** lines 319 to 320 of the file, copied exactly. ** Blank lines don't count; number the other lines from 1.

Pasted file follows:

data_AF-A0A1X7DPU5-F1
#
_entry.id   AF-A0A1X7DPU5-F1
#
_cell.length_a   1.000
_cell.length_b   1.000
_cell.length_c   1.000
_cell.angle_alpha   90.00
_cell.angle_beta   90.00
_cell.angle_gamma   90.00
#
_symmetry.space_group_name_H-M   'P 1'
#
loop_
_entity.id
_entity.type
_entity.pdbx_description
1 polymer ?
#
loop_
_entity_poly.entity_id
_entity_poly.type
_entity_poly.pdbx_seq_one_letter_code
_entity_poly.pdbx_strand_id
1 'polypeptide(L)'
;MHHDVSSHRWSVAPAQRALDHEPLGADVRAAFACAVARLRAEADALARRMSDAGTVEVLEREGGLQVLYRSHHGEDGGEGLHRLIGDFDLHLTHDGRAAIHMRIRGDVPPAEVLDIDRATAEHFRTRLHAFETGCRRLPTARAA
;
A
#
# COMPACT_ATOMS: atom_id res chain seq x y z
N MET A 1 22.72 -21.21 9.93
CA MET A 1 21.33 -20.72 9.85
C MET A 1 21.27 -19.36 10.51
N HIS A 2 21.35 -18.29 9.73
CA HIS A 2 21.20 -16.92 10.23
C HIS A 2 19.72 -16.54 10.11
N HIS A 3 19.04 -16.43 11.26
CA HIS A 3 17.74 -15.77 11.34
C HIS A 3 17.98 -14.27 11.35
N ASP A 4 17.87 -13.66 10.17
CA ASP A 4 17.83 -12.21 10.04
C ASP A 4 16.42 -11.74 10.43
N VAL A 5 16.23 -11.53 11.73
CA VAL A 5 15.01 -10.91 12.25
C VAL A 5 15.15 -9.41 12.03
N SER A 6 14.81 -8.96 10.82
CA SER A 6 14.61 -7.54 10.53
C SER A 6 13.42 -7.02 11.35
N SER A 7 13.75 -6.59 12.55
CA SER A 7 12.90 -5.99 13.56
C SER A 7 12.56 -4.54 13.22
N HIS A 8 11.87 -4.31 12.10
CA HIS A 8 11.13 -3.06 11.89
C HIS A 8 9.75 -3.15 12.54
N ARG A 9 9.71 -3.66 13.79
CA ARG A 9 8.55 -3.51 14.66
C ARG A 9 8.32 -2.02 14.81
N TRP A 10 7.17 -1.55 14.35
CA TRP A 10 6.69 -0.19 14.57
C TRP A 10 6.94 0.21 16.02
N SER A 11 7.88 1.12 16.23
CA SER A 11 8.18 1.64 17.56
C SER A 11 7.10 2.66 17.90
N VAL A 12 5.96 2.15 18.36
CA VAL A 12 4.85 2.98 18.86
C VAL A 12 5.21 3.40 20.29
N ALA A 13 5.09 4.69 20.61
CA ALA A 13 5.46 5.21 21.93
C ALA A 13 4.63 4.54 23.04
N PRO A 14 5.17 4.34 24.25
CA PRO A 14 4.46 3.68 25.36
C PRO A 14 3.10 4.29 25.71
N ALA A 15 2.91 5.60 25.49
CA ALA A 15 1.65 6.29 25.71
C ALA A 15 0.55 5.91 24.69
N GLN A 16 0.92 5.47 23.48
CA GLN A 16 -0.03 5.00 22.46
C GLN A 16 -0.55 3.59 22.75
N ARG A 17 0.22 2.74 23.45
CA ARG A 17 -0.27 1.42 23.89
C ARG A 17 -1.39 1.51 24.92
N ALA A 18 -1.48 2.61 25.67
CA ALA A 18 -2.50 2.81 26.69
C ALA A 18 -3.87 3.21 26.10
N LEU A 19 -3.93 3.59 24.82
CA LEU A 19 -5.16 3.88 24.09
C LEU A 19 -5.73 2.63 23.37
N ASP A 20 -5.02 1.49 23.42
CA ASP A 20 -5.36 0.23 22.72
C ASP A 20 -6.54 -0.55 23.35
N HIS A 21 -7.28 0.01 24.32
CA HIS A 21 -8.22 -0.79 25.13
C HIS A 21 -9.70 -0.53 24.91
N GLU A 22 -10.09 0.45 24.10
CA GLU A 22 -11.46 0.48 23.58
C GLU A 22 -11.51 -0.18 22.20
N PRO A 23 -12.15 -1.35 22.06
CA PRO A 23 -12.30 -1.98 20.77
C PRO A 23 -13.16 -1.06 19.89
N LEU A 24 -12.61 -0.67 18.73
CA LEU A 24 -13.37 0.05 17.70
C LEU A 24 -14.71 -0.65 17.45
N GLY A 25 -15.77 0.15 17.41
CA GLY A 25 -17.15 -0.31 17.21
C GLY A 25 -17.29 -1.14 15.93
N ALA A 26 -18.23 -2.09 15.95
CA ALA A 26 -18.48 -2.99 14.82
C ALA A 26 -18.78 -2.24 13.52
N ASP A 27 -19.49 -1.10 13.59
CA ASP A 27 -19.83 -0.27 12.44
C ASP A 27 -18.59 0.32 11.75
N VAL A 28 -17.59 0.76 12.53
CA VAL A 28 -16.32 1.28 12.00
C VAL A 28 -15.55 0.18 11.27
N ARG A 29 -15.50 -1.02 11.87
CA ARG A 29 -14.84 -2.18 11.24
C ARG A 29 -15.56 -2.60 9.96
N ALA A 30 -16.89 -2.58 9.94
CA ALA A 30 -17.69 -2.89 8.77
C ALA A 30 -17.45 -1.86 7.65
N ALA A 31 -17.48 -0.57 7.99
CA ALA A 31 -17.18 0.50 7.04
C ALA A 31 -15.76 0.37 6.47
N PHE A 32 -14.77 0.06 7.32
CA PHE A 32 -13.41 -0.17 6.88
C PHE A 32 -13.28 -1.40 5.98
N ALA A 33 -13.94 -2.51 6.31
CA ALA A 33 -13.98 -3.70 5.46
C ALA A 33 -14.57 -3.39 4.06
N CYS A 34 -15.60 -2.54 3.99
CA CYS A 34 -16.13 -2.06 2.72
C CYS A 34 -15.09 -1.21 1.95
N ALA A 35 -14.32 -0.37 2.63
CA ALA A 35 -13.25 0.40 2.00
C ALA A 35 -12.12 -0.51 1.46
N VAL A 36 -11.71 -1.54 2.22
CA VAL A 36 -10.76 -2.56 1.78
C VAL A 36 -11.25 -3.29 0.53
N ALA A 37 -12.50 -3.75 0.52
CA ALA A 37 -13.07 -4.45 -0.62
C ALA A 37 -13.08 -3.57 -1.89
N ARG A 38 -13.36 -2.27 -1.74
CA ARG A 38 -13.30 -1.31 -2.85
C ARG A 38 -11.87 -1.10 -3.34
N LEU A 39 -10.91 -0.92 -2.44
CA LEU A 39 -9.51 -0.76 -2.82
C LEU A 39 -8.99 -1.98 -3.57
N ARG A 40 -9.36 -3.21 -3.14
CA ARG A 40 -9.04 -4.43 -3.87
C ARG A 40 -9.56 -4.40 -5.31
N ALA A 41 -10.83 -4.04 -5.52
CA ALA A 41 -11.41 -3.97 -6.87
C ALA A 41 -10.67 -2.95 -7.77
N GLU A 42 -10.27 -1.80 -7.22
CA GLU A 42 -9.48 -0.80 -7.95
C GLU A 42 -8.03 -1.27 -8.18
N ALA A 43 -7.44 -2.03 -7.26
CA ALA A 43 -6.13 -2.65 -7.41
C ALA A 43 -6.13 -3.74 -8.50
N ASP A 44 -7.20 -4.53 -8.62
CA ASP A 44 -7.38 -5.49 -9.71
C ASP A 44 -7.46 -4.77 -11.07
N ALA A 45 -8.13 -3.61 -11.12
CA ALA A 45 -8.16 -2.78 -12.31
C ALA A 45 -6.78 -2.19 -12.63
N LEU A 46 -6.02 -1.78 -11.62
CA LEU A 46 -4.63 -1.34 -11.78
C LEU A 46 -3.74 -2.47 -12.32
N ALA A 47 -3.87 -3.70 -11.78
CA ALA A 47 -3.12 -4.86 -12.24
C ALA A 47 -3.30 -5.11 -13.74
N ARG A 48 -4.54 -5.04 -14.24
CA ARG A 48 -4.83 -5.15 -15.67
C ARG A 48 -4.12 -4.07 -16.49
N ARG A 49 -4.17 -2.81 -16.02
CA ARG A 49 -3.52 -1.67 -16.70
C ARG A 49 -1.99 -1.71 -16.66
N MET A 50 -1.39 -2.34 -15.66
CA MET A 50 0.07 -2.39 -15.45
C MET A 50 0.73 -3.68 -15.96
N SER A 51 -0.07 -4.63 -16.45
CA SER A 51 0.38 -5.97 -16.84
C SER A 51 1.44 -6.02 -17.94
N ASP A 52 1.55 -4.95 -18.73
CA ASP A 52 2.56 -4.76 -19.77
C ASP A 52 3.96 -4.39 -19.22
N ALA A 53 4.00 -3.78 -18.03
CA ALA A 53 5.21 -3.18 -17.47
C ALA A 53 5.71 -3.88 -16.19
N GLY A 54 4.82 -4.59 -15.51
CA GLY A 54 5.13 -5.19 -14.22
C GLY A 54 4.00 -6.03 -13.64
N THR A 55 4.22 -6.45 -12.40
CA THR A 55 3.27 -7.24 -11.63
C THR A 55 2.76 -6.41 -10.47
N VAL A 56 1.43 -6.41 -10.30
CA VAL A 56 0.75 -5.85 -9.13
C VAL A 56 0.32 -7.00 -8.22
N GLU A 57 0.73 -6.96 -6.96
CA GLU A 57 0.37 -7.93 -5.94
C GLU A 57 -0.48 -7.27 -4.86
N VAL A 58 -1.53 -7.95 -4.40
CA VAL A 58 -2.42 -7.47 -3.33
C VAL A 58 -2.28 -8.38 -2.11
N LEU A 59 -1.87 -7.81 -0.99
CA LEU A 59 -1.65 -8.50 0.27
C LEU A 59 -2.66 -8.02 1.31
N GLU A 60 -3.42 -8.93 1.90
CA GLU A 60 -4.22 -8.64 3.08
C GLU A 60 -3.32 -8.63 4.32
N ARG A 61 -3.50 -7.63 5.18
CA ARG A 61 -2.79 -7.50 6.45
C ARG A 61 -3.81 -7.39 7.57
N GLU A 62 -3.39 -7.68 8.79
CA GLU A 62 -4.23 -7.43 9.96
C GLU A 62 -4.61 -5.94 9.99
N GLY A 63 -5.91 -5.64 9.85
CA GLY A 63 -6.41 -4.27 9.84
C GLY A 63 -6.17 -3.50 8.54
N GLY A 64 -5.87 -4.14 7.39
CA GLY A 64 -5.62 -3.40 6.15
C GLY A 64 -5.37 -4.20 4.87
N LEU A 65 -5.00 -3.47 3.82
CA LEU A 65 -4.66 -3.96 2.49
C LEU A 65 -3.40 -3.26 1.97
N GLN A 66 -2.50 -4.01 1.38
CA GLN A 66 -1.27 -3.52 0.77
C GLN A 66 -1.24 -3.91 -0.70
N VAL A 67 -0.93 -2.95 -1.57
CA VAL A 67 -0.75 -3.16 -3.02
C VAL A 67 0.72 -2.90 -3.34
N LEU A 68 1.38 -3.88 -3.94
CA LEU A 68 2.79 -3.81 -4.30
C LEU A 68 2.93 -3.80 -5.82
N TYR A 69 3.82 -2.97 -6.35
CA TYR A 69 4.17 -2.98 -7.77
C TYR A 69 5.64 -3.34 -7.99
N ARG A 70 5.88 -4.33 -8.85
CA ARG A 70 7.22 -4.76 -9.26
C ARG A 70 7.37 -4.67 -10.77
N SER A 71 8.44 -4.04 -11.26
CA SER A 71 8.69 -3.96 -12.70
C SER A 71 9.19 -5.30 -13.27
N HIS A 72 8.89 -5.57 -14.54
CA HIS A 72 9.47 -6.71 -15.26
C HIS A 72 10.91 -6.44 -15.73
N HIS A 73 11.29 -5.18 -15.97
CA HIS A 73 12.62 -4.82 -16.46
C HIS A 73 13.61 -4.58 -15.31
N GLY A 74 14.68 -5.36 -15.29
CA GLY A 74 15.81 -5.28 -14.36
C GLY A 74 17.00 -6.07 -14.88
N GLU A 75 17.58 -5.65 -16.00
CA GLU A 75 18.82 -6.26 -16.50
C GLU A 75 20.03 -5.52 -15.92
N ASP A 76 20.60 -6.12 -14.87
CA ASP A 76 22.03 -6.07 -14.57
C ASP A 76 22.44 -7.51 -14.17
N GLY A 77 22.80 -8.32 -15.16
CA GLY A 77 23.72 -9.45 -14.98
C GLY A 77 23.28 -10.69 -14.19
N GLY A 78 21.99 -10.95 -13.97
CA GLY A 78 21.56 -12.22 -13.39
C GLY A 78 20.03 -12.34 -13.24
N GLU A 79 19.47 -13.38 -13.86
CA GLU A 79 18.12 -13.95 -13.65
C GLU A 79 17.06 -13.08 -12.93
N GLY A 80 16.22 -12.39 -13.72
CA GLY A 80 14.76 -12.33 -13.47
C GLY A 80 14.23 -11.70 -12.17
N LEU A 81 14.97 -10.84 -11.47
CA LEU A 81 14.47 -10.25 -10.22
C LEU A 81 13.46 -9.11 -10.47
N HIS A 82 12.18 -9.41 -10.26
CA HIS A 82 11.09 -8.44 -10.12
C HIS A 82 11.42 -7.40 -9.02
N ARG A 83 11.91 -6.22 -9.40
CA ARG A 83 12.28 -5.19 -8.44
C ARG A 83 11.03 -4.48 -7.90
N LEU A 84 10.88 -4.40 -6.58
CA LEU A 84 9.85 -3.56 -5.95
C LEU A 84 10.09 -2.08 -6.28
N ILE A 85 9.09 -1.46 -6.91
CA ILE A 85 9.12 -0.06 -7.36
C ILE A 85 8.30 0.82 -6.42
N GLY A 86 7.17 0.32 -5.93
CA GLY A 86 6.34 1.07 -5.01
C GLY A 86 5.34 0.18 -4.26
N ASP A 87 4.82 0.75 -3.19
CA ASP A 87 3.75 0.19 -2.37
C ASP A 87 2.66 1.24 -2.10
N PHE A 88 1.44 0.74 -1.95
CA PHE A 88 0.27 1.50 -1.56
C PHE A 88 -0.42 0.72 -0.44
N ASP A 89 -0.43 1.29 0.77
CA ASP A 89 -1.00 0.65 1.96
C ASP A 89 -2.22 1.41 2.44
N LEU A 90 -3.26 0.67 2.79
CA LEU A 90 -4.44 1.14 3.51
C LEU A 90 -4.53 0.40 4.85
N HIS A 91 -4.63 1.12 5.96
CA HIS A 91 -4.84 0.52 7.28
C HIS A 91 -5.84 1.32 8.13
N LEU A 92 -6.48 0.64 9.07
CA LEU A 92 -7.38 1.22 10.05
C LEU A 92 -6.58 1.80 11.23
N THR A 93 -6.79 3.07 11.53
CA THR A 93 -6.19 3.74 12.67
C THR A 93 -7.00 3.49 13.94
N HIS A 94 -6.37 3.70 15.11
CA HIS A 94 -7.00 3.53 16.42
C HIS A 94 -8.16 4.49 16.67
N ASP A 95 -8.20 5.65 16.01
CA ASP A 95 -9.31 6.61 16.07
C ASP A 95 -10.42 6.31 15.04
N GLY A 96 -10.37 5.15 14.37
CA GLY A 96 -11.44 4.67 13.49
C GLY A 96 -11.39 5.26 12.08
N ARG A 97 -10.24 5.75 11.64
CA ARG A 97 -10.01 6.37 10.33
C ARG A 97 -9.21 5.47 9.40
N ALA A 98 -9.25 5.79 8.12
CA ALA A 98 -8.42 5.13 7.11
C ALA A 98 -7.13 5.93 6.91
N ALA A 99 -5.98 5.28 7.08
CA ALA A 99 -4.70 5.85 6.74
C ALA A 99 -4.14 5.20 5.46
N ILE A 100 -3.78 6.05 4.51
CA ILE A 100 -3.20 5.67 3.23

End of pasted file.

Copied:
N ARG A 97 -10.24 5.75 11.64
CA ARG A 97 -10.01 6.37 10.33